The Black Cat (1934)
Peter Allison: I don't know. It all sounds like a lot of supernatural baloney to me.
Dr. Vitus Verdegast: Supernatural, perhaps. Baloney, perhaps not. There are many things under the sun.
Hjalmar Poelzig: Do you dare play chess with me for her?
Dr. Vitus Verdegast: Yes. I will even play you chess for her. Provided if I win, they are free to go.
Hjalmar Poelzig: You won't win, Vitus.
Hjalmar Poelzig: You must be indulgent of Dr. Verdegast's weakness. He is the unfortunate victim of one of the commoner phobias, but in an extreme form. He has an intense and all-consuming horror of cats.
Peter Allison: If I wanted to build a nice, cozy, unpretentious insane asylum, he'd be the man for it.
Hjalmar Poelzig: The phone is dead. Do you hear that, Vitus? Even the phone is dead.
Dr. Vitus Verdegast: Don't pretend, Hjalmar. There was nothing spiritual in your eyes when you looked at that girl.
Dr. Vitus Verdegast: Have you ever heard of Kurgaal? It is a prison below Omsk. Many men have gone there. Few have returned. I have returned. After fifteen years... I have returned.
Peter Allison: This is a very interesting house you have here, Herr Poelzig. Has an atmosphere... kind of uh...
Dr. Vitus Verdegast: It is indeed hard to describe. As hard to describe as life... or death? It might well be an atmosphere of death. This place was built upon the ruins of the same Ft. Marmorus that our unfortunate friend, the driver, described so vividly. Herr Poelzig commanded Marmorus during the last years of the war. He is perhaps sentimental about this spot.
Dr. Vitus Verdegast: Do you mind if I keep this door open?
Peter Allison: I'd sleep in a cold sweat if you didn't. You know... this is a very tricky house. The kind of place where I'd like to have company.
Dr. Vitus Verdegast: Did you ever hear of Satanism, the worship of the devil, of evil? Herr Poelzig is a great modern priest of that ancient cult. And tonight in dark of the moon the rites of Lucifer are celebrated. And if I'm not mistaken he intends you to play a part in that ritual... a very important part.
Joan Alison: Oh!
[breaks down crying and rushes to Vitus for consolation]
Dr. Vitus Verdegast: There, child. Be brave. No matter how hopeless it all seems.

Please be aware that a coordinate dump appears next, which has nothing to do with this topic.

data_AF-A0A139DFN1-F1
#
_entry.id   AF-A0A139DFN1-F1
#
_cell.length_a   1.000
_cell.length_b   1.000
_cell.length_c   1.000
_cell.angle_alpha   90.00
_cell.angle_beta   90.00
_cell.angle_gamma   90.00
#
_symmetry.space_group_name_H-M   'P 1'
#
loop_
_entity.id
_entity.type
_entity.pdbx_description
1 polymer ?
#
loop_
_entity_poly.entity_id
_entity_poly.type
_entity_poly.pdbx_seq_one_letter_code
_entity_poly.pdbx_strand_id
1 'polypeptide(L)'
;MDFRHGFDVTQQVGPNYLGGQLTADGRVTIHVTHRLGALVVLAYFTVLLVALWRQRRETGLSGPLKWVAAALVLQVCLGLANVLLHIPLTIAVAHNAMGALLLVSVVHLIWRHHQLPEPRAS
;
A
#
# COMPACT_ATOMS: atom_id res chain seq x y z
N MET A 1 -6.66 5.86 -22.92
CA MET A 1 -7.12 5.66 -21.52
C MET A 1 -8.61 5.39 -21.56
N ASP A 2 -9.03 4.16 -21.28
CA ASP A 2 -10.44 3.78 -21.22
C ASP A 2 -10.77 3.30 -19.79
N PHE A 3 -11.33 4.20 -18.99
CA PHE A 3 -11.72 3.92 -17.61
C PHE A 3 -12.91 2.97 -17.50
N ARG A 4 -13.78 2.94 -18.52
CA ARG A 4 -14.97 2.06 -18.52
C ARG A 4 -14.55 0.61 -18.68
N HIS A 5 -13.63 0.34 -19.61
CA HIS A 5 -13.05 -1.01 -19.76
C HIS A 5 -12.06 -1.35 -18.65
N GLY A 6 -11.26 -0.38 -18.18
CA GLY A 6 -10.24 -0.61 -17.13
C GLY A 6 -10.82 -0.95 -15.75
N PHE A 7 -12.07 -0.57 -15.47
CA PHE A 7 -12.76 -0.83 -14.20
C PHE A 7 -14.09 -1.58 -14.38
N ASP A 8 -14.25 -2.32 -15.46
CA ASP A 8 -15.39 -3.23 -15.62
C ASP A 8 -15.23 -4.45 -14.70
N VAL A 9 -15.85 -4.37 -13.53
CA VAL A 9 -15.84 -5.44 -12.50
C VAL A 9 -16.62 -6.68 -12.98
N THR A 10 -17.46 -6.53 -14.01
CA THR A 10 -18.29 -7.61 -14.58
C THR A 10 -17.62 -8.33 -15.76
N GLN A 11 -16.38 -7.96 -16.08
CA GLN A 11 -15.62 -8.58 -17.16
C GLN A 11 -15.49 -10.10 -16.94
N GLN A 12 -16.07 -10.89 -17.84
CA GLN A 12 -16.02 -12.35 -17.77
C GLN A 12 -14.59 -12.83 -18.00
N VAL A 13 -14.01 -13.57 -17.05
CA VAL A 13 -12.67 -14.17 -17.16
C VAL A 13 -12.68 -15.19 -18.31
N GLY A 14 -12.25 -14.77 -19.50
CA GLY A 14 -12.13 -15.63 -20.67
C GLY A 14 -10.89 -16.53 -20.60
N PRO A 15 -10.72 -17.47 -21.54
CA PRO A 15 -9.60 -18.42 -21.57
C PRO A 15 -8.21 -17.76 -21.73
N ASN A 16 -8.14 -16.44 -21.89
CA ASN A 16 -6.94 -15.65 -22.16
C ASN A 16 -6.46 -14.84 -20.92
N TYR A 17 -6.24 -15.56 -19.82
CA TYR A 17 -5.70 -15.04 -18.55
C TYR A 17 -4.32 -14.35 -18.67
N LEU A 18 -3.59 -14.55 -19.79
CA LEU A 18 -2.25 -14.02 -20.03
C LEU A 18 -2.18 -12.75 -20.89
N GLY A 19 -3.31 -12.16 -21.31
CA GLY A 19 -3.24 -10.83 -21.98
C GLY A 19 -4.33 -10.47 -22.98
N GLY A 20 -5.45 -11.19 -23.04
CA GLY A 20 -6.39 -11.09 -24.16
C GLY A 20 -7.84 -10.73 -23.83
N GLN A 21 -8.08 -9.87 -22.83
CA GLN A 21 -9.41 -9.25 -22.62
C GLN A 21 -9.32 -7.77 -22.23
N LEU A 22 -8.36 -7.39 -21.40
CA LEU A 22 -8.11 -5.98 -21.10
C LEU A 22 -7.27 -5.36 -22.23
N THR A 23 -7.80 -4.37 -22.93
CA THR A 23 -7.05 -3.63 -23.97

[He looks over, hearing that the organ music has stopped, then looks back at her]
Dr. Vitus Verdegast: Be brave. It's your only chance.
Hjalmar Poelzig: You must be indulgent with Dr. Werdegast's weakness. He is the unfortunate victim of one of the commoner phobias, but in an extreme form. He has an intense and all-consuming horror of cats.
Hjalmar Poelzig: Did you hear that, Vitus? The phone is dead. Even the phone is dead.
Dr. Vitus Verdegast: Do you know what I am going to do to you now? No? Did you ever see an animal skinned, Hjalmar? Ha, ha, ha. That's what I'm going to do to you now - fare the skin from your body... slowly... bit by bit!
Hjalmar Poelzig: Come, Vitus, are we men or are we children? Of what use are all these melodramatic gestures? You say your soul was killed and that you have been dead all these years. And what of me? Did we not both die here in Marmorus fifteen years ago? Are we any the less victims of the war than those whose bodies were torn asunder? Are we not both the living dead? And now you come to me, playing at being an avenging angel - childishly thirsty for my blood. We understand each other too well. We know too much of life. We shall play a little game, Vitus. A game of death, if you like. But under any circumstances, we shall have to wait until these people have gone, until we are alone.
Hjalmar Poelzig: Oh, it's nothing. Only an accident in the road below. I want you to stay in this room all day tomorrow Karen. You are the very core and meaning of my life. No one shall take you from me. Not even Vitus, not even your father.
Dr. Vitus Verdegast: After all, better to be frightened than to be crushed.
Dr. Vitus Verdegast: I beg your indulgence my friend. Eighteen years ago, I left a girl so like your lovely wife to go to war... She was my wife. Have you ever heard of Kurgaal? It is a prison below Amsk... Many men have gone there. Few have returned. I have returned. After fifteen years, I have returned.
Dr. Vitus Verdegast: It has been a long time Hjalmar. The years have been kind to you.
Dr. Vitus Verdegast: You sold Marmorus to the Russians. You scurried away in the night and left us to die. Is it to be wondered that you should choose this place to build your house? A masterpiece of construction built upon the ruins of the masterpiece of destruction - a masterpiece of murder.
Dr. Vitus Verdegast: The murderer of 10,000 men returns to the place of his crime. Those who died were fortunate. I was taken prisoner at Kurgaal. Kurgaal, where the soul is killed, slowly. Fifteen years I've rotted in the darkness. But not to kill you, but to kill your soul - slowly. Where is my wife, Karen, and my daughter?
Dr. Vitus Verdegast: It is indeed hard to describe. It's hard to describe his life - or death. It may well be an atmosphere of death. This place was built upon the ruins of the same Ft. Marmorus that our unfortunate friend, the driver, described so vividly. Herr Poelzig commanded Marmorus during the last years of the war. He is perhaps sentimental about this spot.
Dr. Vitus Verdegast: We must bide our time until others aren't involved. This place is so undermined with dynamite that the slightest mistake by one of us would cause the destruction of all. Until I tell you different, you are his servant, not mine.
Dr. Vitus Verdegast: How does it feel to hang on your own embalming rack, Hjalmar?
Dr. Vitus Verdegast: It's the red switch, isn't it Hjalmar? The red switch ignites the dynamite. Five minutes and Marmaros, you and I, and your rotten cult will be no more...